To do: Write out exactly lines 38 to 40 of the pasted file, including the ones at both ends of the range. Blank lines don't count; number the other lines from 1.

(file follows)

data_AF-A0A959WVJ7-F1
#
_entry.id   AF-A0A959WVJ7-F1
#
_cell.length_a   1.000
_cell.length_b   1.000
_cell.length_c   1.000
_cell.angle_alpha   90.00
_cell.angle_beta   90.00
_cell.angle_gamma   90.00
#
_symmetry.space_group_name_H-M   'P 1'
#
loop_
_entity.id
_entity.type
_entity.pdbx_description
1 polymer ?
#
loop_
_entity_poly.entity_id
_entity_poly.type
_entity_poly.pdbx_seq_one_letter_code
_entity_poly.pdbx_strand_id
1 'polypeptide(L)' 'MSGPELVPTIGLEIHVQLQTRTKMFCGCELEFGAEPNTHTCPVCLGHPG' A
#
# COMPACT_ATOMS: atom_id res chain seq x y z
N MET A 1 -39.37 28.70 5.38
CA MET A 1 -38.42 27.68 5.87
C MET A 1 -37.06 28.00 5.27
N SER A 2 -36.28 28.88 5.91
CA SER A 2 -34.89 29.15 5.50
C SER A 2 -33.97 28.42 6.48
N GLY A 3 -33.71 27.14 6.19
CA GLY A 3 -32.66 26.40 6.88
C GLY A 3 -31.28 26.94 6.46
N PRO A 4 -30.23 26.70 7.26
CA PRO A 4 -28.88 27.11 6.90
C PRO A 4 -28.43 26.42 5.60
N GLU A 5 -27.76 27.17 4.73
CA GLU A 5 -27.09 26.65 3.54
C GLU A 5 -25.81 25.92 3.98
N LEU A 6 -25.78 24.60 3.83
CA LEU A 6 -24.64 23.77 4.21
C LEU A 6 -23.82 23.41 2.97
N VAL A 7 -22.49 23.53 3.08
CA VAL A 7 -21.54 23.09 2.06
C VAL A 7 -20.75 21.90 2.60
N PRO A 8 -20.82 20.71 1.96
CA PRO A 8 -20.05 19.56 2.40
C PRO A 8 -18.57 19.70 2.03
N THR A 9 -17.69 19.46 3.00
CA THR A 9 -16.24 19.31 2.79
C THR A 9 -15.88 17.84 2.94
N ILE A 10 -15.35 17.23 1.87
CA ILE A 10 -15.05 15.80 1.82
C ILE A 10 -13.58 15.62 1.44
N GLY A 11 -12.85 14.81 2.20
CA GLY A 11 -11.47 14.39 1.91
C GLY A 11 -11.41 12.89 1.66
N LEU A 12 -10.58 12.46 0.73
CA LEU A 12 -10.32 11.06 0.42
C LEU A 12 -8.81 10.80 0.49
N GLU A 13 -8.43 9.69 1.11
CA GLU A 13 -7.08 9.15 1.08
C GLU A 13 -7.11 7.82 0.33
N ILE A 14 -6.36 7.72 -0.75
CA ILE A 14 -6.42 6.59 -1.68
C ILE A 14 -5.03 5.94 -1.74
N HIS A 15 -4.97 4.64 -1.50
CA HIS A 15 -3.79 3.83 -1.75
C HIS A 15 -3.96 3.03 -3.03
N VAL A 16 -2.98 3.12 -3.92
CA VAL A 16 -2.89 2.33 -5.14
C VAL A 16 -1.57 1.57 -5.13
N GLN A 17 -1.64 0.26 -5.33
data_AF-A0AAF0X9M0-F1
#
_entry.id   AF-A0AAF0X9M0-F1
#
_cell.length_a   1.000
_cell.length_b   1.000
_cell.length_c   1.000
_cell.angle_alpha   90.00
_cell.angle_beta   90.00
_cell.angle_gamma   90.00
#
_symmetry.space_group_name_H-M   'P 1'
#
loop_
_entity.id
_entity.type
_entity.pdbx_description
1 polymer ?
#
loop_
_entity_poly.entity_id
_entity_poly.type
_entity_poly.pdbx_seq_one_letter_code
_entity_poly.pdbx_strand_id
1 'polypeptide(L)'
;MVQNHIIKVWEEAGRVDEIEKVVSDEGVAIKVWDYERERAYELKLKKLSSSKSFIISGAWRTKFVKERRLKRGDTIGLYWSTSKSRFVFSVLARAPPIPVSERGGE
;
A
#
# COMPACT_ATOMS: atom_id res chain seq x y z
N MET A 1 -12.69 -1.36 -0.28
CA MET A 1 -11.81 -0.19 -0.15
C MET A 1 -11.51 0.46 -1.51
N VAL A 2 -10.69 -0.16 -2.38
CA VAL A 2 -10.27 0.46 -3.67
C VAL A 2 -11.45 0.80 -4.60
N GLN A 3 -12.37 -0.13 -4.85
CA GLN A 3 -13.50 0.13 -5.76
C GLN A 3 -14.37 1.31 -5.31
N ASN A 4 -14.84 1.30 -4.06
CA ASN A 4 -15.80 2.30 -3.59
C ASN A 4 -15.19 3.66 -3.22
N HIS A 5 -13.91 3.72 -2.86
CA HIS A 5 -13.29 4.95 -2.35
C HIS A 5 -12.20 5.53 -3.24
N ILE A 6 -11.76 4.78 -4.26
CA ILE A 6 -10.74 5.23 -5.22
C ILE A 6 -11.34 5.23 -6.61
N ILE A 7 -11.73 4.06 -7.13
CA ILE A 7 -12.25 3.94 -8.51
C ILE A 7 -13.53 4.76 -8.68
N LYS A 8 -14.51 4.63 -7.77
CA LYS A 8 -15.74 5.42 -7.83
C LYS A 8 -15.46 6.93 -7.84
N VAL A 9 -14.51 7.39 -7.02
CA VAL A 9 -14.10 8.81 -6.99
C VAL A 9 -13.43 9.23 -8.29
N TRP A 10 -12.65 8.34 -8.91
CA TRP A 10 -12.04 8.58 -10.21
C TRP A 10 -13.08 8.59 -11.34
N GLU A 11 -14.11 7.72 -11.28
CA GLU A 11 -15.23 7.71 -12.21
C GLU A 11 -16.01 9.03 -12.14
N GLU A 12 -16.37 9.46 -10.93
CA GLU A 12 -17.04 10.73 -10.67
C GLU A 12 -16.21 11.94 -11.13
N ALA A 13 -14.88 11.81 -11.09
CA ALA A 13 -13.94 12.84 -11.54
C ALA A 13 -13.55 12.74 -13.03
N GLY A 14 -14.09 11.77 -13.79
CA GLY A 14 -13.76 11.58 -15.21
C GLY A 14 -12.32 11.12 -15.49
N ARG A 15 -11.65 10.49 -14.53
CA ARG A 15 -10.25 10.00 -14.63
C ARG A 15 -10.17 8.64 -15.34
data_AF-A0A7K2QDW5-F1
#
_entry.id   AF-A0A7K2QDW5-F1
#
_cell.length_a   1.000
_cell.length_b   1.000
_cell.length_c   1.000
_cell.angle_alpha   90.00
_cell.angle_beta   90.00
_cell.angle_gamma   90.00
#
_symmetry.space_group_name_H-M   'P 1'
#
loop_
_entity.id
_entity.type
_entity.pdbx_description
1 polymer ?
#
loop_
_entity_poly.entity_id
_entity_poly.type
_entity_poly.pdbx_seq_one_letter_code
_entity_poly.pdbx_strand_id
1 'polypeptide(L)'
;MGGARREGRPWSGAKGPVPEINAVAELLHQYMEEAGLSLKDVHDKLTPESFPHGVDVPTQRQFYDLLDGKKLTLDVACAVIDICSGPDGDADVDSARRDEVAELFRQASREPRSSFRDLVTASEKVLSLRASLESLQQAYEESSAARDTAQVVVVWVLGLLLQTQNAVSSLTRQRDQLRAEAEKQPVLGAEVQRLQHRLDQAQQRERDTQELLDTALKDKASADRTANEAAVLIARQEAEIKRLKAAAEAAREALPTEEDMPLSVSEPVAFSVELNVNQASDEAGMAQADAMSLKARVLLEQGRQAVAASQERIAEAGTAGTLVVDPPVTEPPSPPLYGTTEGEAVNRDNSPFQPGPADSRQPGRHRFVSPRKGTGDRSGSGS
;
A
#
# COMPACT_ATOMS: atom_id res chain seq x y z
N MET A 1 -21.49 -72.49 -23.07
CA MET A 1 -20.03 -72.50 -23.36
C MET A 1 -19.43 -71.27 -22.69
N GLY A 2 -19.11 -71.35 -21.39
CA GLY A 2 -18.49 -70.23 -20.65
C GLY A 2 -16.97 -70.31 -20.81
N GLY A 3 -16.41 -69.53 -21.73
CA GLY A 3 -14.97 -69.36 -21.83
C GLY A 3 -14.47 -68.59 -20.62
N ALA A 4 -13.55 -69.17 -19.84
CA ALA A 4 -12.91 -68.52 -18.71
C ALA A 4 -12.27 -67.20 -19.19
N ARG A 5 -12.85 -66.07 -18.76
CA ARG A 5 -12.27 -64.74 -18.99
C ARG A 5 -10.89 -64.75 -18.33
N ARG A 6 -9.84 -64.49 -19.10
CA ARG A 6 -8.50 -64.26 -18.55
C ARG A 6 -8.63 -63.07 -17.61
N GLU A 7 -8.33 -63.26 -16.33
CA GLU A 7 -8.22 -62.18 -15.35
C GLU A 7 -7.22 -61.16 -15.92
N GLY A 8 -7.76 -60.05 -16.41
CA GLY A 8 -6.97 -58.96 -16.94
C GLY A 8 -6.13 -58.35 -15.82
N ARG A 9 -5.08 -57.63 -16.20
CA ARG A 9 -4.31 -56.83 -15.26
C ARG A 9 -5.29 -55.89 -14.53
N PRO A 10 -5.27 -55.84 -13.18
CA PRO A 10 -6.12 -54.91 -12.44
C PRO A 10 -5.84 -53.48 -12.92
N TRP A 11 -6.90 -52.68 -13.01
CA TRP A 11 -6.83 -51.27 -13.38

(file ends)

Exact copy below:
CA PRO A 4 -28.88 27.11 6.90
C PRO A 4 -28.43 26.42 5.60
N GLU A 5 -27.76 27.17 4.73